Datey and Josh have also found that the pow­dered root of Rauwolfia serpentina the crude extract of the root act better than reserpine alone. Locket (1955) also report favorably with crude extract. Fortunately, a wide margin of safety exists between the therapeutic and toxic doses of the Rauwolfia serpentina group. Some unpleasant effects, such as nasal congestion, and dryness of the mouth and throat are very common, but severe reaction did not appear even when doses were high e.g. Serpasil 10 mg. or Serpina 48 mg. a day. It seems curious but the toxic effects of Rauwolfia serpentina are not necessarily associated with the higher doses of the drug.

2 Evolvulus alsinoides (Shankha-pushpi) – Chopra6 Nadkarni22

Constituents – A yellow neutral fat, an alkaloid, an organic acid and saline substances.

Action – Tonic, alterative and febrifuge; also an- thelementic and antiphlogistic.

Uses – It is used in fever, nervous debility and toss of memory.

Dhairyam9 has used Shankha-pushpi in some mental cases with good results.

3. Eclipta alba (Bhrungraj)6 – Chopra – Nad­karni.22Constituents – Alkaloid ecliptine.
Action – Tonic, Roots and leaves are cholagogues.
Uses – Roots and leaves are largely used alone or in combination with ajowan seeds in derangement of the liver and gall bladder.
They have been used as substitutes for Taraxacus a reputed and popular liver tonic.

4. Herpetis Monniera (Brahmi) – Chopra, Nadkari, Malhotra, Aithal and Sirsi
It is considered to be nerve tonic and useful in insanity and Epilepsy.

The Alkaloid obtained from Herpestis Monniera for which the name Brahmi is suggested  has been studies by Bose and Bose (1931).

The dose of 0.05 mg per kilobody weight of cat produces a fall of blood pressure. In smaller doses, however there is slight rise of blood pressure due to vasoconstriction and stimulation of the cardiac muscles. The respiration is stimulated in small doses. Plain muscles like that of small intestines, uterus etc.are stimulated in dilution of 1 in 200,000 to 1 in 500,000.

Malhotra – The crude total extract have been found to have cardiotonic, vasconstrictor, sedative and neuromuscular blocking actions. LD 50 frogs was 43.15 mg/100 G. body weight when injected into the ventral lymp sac.

LD 50 in albino Rats was 30.1 mg/ 100 G body weight by intra-peritoneal route.

The pure glycocide – Saponin principle was found to have cardio tonic action in normal and hypodynamic frogs heart, sedative action in Rabbits and guinea – pigs ileum and rats Uterus.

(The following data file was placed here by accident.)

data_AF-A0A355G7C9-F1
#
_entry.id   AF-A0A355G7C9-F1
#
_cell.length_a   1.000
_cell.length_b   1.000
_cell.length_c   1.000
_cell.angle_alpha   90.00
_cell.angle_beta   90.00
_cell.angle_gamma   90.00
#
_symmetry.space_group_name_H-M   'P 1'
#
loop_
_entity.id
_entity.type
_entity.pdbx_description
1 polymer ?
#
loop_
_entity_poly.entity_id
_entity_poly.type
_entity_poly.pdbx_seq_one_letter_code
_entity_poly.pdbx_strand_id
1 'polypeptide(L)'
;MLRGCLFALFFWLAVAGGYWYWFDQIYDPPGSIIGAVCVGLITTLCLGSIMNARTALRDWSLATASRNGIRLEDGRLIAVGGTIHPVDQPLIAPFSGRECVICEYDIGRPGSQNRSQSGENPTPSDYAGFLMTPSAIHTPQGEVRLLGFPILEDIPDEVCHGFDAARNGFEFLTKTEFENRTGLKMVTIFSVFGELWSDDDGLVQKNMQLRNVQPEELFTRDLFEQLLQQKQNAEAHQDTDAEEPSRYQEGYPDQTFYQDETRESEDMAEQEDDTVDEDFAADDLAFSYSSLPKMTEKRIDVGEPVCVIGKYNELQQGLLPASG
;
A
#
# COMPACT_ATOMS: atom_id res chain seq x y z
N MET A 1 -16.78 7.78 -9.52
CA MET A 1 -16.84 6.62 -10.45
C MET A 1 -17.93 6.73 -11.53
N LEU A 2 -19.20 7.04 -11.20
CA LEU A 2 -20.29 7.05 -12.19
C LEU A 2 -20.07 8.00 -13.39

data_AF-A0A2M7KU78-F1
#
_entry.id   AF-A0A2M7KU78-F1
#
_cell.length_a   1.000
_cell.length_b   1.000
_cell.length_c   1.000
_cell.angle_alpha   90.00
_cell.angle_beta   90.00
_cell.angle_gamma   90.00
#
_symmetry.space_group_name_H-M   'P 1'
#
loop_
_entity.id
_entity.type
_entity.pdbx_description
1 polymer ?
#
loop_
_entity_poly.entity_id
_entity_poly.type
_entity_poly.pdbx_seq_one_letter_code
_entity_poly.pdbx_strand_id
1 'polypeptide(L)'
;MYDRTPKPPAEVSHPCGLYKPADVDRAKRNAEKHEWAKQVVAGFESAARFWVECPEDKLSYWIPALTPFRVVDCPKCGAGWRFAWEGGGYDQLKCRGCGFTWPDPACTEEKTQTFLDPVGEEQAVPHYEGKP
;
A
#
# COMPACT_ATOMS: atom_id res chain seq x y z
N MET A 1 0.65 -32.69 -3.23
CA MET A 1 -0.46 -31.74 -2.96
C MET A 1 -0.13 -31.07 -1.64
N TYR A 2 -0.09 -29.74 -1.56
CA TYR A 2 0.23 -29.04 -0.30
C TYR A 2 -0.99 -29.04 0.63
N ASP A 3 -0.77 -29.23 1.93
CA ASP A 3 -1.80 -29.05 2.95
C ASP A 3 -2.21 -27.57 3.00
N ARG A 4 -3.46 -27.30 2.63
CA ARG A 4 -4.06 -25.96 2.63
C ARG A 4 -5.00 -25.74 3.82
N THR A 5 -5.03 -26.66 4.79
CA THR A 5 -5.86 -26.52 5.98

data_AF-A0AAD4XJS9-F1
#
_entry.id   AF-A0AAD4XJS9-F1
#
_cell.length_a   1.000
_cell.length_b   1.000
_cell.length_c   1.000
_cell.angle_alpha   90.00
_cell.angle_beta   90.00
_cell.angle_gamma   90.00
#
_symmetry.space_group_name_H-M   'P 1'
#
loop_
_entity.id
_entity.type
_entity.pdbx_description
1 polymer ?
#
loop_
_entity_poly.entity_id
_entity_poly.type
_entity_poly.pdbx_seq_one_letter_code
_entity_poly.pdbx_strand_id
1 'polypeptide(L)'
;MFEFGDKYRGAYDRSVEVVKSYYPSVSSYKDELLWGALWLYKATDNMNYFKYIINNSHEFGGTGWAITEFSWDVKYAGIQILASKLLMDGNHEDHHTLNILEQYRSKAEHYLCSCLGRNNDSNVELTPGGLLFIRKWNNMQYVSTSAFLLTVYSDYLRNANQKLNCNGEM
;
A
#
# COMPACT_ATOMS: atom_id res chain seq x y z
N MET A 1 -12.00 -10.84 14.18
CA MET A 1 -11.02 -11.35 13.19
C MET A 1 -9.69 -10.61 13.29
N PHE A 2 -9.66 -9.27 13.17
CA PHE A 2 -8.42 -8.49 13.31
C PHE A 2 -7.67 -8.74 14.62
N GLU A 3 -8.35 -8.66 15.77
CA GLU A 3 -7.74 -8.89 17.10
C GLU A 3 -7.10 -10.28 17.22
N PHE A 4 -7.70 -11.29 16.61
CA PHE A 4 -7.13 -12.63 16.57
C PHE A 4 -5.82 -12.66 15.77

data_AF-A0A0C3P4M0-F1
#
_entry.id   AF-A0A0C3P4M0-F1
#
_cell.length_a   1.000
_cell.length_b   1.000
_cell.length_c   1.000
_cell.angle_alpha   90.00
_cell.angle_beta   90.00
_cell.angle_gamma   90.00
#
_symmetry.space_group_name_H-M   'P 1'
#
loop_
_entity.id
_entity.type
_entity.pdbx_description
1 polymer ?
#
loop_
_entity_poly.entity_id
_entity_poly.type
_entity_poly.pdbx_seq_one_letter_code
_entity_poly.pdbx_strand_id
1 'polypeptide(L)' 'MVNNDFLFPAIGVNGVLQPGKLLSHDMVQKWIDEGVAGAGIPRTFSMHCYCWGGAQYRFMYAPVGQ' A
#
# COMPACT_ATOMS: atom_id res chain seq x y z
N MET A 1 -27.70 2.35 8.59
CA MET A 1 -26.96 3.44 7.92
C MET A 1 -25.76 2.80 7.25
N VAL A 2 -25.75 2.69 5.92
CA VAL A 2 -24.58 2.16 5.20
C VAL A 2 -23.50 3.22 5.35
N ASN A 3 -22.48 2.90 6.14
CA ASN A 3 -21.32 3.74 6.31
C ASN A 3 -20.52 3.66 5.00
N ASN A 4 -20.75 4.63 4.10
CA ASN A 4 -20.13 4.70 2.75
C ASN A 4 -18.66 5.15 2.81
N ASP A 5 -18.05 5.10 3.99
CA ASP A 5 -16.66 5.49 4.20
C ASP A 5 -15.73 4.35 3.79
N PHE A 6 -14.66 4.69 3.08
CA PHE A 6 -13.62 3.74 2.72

LD 50 in albino rats was 2.51 mg/ 100 G body weight by intra-peritoneal route.

Aithal and Sirsi2 – Both the leaves and stems of the plant are used in the indigenous system of medicine for a variety of clinical disorders like asthma, rheumatism and kidney dysfunction, of particular importance are its therapeutic claims in disorders of the central nervous system and affections of the higher centres of the brain. Epilepsy, insanity, general mental retardation are some of the affections where the drug is considered to act beneficially. The plant is also considered astringent, bitter, cooling and is believed to improve the intellect.

The alkaloid ‘brahmine’ in therapeutic doses raises and in higher doses reduces the blood pressure. A glycoside – saponin principle iso­lated from it exhibits sedative and cardiotonic actions. The alcoholic extract has a tranquilizing effect in rats and dogs. This is evident from the general behaviour which is dissimilar to those observed with hypnotics. The psychot­ropic actions of the drug in facilitating ‘the motor learning’ in rats has now been established.

5. Leptadenia Reticulata (Jeevanti) – Chopra, Nadkarni, Agarwal

The plant is used in Ayurvedic medicine as a tonic, restorative and stimulant (Kirtikar and Baow -1933) and in combination with other in­digenous drugs for sexual neurasthenia and sedation. Agarwal et al (1960) find that:-

  • Aqueous extract of L.reticulata has a pro­longed and pronounced hypotensive effect both intact aswell as spinal dogs.
  • It does not block the Carotid sinus reflex and intracisternal administration causes marked and prolonged rise in arterial pressure.
  • It does not possess parasympathomimetic or adrenalytic actions but blocks the pres­sure response to nicontine.
  • It does not possess parasympathomimetic or adrenalytic actions but blocks the pres­sure response to nicontine.
  • It has got negative ionotropic effect in dog’s heart which is transient.
  • It causes significant vasodilatation in the dog’s hind limbs.
  • It causes initial stimulation followed by depression of the respiration and slight constriction of  bronchial muscle.
  • It does not show any acute or chronic toxicity in rats in dose upto 6 cc/kg.6. Acorus Calamus (Ugragandha) — Chopra, Nadkarni,2 Agarwal et al.

Action — Root and rhizom are stimulants, emetic, nauseant, Stomachic, aromatic, expec­torant, Carminative, antispasmodic and ner­vine sedative. Improves Agni, clears urine and stools. Beneficial in hysteria and neuralgia used also in epilepsy and insanity.